Len Iglar describes it as an addiction, or being similar to a cult.
Len Iglar describes it as an addiction, or being similar to a cult.
For those like Sean Costello, it fits in with his mindset that if something is worth doing, "it's worth doing it to excess."
Costello and Iglar are among the more than 2,500 athletes who will help spread a craze that has grown steadily over the past decade when they compete in the Ironman 70.3 Ohio on Sunday, Aug. 21, in Delaware.
The Ironman 70.3 Ohio consists of a 1.2-mile swim in Delaware Lake followed by a 56-mile bike ride through Delaware, Morrow and Marion counties and finally a 13.1-mile run that begins and concludes at Ohio Wesleyan University.
The event is considered a "half ironman" because it is exactly half the distance of an ironman competition.
Cost for participants ranged from $225-275 and sold out shortly after registration opened Oct. 27 of last year.
"Half ironmans don't typically sell out, but this one sold out in two weeks because it's exciting for Ohio to have it," Costello said. "Delaware's great. There are a lot of us who cycle out there. It's a good community with a lot of local races. The community is very welcoming of these events, and it's not like that every place you go."
According to the event's website, ironman.com, Delaware "offers athletes looking for a low-key ironman 70.3 the perfect mix of urban amenities and rural Midwestern charm."
The Ironman 70.3 Ohio marks the 30th in the United States and the first to come to this state.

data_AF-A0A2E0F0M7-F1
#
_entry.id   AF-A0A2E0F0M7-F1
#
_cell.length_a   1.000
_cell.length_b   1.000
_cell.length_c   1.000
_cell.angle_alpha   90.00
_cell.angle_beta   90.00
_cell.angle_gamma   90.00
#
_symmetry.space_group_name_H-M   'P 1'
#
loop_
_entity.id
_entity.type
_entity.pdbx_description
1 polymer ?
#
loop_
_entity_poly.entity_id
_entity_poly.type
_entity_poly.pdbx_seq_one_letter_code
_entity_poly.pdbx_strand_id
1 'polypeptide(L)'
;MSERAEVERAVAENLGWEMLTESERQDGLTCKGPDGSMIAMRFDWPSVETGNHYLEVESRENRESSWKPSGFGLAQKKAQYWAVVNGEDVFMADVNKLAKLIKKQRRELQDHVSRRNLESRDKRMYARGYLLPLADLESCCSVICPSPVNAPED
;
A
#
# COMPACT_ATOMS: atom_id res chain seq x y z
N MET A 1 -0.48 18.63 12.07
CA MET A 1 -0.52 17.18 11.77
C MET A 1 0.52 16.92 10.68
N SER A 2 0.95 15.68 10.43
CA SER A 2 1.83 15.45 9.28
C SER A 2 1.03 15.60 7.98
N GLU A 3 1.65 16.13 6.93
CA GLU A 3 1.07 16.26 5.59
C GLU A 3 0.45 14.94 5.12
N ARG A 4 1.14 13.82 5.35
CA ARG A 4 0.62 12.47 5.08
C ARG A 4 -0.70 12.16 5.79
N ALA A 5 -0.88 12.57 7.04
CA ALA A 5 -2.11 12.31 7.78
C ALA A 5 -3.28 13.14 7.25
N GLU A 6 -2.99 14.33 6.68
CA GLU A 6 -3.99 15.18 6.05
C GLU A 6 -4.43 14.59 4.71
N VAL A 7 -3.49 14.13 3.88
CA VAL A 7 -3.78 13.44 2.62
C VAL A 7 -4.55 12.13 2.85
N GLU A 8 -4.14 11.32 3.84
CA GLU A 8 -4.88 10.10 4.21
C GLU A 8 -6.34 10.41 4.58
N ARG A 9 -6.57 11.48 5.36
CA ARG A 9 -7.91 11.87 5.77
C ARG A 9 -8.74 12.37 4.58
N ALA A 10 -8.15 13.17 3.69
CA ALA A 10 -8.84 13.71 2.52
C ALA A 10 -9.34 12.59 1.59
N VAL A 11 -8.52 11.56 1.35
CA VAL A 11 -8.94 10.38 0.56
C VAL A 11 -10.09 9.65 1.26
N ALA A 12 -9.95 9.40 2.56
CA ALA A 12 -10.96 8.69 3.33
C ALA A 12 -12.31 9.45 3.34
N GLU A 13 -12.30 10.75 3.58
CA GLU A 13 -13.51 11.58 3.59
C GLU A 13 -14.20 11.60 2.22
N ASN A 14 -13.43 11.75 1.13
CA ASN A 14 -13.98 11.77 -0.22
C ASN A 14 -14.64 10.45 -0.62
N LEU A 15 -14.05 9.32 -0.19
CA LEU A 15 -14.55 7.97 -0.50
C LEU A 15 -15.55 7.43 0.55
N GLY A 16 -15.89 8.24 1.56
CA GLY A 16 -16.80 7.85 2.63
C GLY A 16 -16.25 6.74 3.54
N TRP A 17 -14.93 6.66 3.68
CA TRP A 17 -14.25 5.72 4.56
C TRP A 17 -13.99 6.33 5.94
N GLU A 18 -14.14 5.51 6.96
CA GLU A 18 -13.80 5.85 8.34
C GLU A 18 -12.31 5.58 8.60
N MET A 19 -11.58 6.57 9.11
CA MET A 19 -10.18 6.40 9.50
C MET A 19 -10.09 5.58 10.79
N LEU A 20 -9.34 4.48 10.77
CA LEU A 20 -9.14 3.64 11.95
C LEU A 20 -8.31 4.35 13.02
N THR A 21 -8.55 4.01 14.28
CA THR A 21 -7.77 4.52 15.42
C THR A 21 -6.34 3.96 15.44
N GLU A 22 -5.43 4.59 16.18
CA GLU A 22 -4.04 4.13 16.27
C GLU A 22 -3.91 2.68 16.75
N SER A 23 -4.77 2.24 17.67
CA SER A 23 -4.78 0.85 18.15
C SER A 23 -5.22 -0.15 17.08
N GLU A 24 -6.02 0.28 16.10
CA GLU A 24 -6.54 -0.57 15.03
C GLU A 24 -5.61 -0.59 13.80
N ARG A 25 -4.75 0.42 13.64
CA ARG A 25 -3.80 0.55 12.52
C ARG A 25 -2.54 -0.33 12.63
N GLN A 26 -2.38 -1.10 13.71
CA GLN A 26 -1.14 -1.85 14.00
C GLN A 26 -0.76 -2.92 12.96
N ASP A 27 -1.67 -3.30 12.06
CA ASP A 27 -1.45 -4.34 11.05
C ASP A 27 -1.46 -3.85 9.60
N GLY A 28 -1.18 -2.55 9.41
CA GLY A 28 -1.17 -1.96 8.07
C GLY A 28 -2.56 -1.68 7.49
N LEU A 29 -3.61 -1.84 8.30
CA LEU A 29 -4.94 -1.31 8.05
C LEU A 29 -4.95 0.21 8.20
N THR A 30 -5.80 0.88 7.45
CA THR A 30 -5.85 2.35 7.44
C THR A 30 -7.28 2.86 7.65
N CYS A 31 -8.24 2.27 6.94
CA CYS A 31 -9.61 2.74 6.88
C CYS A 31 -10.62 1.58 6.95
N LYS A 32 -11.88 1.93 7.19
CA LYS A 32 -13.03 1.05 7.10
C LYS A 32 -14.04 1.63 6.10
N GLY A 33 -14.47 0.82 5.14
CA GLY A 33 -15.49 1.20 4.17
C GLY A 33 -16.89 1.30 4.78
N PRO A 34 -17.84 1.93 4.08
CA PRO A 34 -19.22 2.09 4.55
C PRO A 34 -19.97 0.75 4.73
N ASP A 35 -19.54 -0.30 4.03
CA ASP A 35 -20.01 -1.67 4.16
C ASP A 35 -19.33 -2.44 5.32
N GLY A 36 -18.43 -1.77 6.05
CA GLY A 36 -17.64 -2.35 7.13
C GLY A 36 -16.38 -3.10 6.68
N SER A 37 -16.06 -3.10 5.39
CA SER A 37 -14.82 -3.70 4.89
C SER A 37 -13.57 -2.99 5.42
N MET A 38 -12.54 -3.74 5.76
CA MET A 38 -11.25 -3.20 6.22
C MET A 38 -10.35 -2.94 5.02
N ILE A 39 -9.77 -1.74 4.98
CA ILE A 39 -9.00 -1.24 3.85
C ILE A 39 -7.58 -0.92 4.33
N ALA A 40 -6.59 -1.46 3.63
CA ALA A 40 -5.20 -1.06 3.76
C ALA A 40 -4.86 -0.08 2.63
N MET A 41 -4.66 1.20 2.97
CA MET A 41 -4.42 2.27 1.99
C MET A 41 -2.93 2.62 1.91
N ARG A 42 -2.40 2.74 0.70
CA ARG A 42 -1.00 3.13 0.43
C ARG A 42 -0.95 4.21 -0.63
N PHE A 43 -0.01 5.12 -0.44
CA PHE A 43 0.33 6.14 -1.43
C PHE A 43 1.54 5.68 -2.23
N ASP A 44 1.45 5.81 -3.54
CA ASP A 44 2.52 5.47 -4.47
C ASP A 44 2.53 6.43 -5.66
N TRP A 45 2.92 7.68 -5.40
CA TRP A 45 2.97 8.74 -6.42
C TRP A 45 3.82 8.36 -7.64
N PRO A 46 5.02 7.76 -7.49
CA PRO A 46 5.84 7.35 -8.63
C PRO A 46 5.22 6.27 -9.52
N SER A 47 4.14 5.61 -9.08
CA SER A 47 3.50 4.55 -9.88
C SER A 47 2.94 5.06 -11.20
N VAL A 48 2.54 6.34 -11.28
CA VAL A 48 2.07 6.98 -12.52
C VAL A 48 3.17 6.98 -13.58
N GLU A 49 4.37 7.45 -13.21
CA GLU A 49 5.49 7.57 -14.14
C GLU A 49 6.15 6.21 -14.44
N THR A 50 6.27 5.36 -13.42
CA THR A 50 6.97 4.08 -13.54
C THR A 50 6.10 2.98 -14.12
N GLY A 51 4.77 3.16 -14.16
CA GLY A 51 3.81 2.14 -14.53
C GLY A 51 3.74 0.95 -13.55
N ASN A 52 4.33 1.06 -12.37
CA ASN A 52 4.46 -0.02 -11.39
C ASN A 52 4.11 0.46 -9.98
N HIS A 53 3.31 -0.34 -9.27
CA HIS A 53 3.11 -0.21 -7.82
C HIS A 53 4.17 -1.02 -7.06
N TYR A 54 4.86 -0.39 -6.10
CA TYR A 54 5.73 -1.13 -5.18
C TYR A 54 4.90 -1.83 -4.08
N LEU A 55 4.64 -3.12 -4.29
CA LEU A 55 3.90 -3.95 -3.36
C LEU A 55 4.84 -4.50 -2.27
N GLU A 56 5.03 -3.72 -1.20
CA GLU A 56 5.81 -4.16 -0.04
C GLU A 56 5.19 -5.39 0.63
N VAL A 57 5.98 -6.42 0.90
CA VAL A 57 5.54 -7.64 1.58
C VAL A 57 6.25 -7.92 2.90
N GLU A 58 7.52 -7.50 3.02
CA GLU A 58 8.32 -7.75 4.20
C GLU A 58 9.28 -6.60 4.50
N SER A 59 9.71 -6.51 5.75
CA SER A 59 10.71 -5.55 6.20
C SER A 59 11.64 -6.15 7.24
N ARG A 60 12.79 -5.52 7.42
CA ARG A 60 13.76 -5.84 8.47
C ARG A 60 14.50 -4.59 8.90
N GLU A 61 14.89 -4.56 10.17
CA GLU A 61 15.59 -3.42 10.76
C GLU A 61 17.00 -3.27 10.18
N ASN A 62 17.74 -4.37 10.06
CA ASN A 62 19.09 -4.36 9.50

The youngest age group competition will be for those 18-24, followed by a 25-29 category and then for every five years through age 69. The oldest age category will be for those 70 and older, and Luise Easton, a 78-year-old from Ohio, is expected to be the oldest competitor.
"Columbus has a large triathlon community," race director Ken Hammond said. "There were a few different cities that were considered, and Delaware ended up being able to support us the best and was able to meet all the needs."
Hammond expects more than 2,000 volunteers for the event, for which setting up began Aug. 17.
Typically, according to Hammond, having an Ironman 70.3 will yield $2.5 million-$4 million for the community holding the event.
Competitor check-in will be available from noon-7 p.m. Friday, Aug. 19, and 9 a.m.-4 p.m. Saturday, Aug. 20.
On race day, an informational booth will open at 4:30 a.m. and the competition will begin at 7 a.m. at Delaware State Park beach.
The swimming course is a triangular shape, and athletes will swim in a counter-clockwise direction with left-hand turns. There will be a wave start, with each wave entering the water at four-minute intervals.
The bike race will take competitors northbound on U.S. 23 through Marion and Morrow counties, south on Delaware-Cardington Road and back into Delaware. The bike course will have less than 700 feet of elevation change, making it a fast course compared to many 70.3 races.
Once competitors reach OWU's Selby Stadium, they'll run down South Henry Street in Delaware, turn right onto Olentangy Avenue and make two loops between Kingsbury Road, Berlin Station Road, Braumiller Road and Pollock Road before racing back toward the starting point of the run to the finish line.
While more than half of the participants live in Ohio, the 43-year-old Iglar will be coming from Marietta, Georgia, with his eye on a top-15 finish in one of the most popular age groups, 40-44.
He'll be competing in an Ironman in Louisville, Kentucky, on Oct. 9 as well.
"All things considered, I should do well in Ohio, but it's competition and you could get a flat tire or have stomach problems that day," Iglar said. "A lot of the really good age groupers are going to be in the (4-hour, 19-minute) range. I want to break into something like 4:39 or faster. It seems like 40-49 is very competitive and that there are 50 that are superstars in my age.